Moana is an Animated Musical of Fine Art


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Moana. Another Disney movie that people probably underestimated. Yes, I’ll admit I had my doubts about it when I first saw the previews. It’s always a big deal when Disney decides to make a movie starring people of color. Sure, you probably rolled your eyes just now and thought, “But there’s a black Disney princess now.” Yes. There. Is. And she only spent 20 or so minutes as a human before she was turned into a frog. Imagine my disappointment. You could choke on it.

After all of that fuckery with Princess and the Frog, I was expecting Disney to pull some similar bullshit with Moana when I took my little black ass to see it in theaters. I was not disappointed. It far exceeded my expectations. I cried like a little bitch at least three times. The timing of the film? Perfect. The characters? Hilarious, dynamic, round. The music? Fabulous, though there should never be any doubt that a Disney movie will have an excellent soundtrack given the huge investment that Disney makes in its musicians and composers.

Now, I have seen it at least 20 times and notice new details every time I watch it. One thing that I appreciate about Moana  is that it is about friendship and family and there is no love story at all. Usually, I’d be rather pissy if I saw a Disney movie that had no love story, but the fullness of this storyline forced me to love it the way it was. I was pointing out to my sister the other day, due to the way Maui relates his backstory of being abandoned by his parents and forever after doing a bunch of shit to earn the affection of some ungrateful ass humans, Maui has never had a real friend before. He interacts with the little tattooed version of himself on his own chest. Yes, I know he’s also been stranded on an island for 1,000 years before Moana shows up to help him save the world, but he has never felt wanted or loved by humans before. It was heartwarming to watch the progression of his friendship with Moana as he grew to respect her as a person, a friend, a sailor, and a heroine.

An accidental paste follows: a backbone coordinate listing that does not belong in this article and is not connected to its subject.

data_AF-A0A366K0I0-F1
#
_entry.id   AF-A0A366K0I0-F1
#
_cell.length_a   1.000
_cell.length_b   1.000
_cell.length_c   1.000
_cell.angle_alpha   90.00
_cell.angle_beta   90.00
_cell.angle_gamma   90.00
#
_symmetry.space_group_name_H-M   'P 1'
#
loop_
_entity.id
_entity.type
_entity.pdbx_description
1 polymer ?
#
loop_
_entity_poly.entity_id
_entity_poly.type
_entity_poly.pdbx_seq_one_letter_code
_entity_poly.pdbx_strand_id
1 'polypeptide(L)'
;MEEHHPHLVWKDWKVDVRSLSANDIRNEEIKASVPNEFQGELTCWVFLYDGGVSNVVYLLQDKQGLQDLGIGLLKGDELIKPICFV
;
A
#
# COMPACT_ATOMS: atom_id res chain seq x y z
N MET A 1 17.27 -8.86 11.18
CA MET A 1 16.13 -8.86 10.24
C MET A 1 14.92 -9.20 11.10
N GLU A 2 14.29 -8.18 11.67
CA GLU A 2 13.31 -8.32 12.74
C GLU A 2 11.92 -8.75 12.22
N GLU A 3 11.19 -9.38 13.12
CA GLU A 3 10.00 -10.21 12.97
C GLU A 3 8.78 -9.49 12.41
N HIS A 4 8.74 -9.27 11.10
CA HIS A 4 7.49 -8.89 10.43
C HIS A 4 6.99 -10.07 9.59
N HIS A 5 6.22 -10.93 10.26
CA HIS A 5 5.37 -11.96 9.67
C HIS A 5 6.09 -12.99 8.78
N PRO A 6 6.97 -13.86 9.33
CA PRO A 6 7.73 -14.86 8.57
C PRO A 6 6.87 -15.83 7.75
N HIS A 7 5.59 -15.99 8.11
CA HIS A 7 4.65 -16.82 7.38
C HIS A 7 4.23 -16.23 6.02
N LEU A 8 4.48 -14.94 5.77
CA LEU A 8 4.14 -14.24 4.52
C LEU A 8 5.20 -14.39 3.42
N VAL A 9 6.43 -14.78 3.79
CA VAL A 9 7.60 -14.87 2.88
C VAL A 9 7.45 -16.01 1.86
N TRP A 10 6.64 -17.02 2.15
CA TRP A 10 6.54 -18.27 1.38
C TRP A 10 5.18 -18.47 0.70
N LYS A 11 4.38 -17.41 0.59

Another thing that totally turned me into a puddle of tears was the moment that Moana’s mother caught Moana about to run away to go find Maui. Moana’s mother is the one who reveals Moana’s father’s reasons for being so adamant that Moana never go past the reef. During that conversation, she becomes the mouthpiece for a husband who, apparently is incapable of explaining why Moana’s wanting to sail makes him so angry. Even still, Moana’s mother tells the story of how her husband lost his best friend when they went beyond the reef to drowning. There is no judgement in her tone and it is hard to say whether she is supporting Moana’s free spirited ways or whether she thinks her daughter should just do as her father says. With all of this build up, the moment Moana’s mother discovers Moana packing to run off, we see her make a decision to help her daughter and support her dream and her destiny. Though we get no back story on Moana’s mother, there is the vibe that she essentially acts as a support system for the family and a buffer between Moana and her father, who are both headstrong and stubborn. Watching Moana and her father interact looks kind of like watching two dry rocks rub together. Nothing but friction and fire.